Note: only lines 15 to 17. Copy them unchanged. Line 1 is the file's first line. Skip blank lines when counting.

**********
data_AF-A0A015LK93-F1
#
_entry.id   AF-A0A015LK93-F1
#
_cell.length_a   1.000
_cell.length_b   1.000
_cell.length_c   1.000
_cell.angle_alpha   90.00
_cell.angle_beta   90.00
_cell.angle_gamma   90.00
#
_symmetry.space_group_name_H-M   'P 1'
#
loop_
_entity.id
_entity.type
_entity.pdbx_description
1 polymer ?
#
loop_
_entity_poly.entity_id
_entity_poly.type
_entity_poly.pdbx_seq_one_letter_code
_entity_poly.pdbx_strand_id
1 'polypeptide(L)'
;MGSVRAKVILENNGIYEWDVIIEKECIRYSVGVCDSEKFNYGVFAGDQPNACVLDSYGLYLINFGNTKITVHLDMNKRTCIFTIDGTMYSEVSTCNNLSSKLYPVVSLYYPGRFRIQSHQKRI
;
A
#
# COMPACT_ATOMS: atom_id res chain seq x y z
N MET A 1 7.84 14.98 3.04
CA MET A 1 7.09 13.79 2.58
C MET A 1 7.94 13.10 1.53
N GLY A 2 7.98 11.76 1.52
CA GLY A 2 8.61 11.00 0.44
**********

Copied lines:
_entity.id
_entity.type
_entity.pdbx_description